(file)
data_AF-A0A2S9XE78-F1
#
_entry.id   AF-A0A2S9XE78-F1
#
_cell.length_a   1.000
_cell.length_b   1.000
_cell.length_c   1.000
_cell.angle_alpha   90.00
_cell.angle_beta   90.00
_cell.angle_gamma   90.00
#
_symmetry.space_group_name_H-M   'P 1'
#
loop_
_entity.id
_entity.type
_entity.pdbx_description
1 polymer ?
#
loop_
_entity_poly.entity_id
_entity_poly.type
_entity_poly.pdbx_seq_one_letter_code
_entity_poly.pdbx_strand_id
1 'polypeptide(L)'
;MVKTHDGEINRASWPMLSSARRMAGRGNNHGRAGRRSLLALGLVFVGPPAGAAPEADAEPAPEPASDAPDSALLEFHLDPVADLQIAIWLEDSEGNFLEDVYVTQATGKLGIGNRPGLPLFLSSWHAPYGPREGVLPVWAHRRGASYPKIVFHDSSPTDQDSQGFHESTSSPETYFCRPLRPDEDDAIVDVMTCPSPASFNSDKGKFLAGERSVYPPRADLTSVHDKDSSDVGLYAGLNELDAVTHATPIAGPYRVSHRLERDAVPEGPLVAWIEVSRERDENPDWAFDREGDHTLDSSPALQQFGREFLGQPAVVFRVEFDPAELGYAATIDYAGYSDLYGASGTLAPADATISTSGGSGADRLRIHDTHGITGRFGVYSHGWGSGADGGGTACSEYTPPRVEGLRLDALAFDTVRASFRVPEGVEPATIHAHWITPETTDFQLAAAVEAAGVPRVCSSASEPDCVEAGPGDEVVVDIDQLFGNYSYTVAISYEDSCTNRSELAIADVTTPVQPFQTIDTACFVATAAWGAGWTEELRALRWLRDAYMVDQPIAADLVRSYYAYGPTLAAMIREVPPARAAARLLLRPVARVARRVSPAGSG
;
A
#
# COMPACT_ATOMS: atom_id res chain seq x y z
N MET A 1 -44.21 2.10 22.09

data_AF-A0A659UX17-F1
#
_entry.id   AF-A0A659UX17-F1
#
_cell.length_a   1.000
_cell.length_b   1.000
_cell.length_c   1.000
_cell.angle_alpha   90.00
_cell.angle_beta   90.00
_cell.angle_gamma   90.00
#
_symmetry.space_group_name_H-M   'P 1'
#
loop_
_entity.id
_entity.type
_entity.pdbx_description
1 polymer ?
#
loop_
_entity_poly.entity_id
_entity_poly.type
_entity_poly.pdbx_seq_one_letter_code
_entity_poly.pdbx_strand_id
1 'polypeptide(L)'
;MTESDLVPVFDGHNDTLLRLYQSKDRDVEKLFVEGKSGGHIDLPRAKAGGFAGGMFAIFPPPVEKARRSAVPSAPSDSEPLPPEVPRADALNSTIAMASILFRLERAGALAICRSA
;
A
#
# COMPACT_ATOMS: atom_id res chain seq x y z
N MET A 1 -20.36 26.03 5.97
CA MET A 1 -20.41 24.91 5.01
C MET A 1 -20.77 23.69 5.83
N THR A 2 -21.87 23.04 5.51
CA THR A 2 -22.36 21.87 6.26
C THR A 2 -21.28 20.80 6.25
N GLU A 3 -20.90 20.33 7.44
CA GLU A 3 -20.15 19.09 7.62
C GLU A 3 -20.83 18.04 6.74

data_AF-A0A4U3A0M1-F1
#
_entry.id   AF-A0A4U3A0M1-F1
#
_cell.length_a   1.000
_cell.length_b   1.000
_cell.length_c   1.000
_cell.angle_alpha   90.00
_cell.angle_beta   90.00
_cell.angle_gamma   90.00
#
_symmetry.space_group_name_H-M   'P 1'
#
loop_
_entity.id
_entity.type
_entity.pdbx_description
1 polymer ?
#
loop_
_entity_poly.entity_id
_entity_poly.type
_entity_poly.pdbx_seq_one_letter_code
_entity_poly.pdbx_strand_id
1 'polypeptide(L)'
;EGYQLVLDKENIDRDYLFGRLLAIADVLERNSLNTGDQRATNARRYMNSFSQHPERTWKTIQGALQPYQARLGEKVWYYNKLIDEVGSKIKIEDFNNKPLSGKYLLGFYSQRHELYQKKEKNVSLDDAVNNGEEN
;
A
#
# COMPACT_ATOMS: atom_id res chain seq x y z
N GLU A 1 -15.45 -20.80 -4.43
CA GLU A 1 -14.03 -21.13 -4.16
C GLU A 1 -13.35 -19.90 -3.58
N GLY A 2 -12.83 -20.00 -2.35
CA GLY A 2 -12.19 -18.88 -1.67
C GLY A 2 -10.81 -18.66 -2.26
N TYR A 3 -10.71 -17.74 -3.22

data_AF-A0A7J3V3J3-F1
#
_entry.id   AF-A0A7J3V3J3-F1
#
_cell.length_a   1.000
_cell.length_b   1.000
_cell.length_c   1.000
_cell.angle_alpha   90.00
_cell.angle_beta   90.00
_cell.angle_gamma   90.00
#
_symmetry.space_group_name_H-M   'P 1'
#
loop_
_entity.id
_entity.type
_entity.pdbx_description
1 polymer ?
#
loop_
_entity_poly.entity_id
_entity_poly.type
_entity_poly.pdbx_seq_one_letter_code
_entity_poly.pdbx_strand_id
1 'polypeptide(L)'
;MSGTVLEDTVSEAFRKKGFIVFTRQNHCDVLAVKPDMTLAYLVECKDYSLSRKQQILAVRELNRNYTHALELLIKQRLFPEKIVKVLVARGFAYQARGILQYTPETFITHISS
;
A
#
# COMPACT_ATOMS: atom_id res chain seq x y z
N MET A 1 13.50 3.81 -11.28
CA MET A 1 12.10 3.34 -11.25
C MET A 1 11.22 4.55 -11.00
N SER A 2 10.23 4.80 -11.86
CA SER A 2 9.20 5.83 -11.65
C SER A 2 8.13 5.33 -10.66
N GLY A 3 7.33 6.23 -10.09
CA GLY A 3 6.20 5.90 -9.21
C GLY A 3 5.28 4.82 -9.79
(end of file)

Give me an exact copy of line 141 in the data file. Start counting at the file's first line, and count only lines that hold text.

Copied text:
N SER A 2 10.23 4.80 -11.86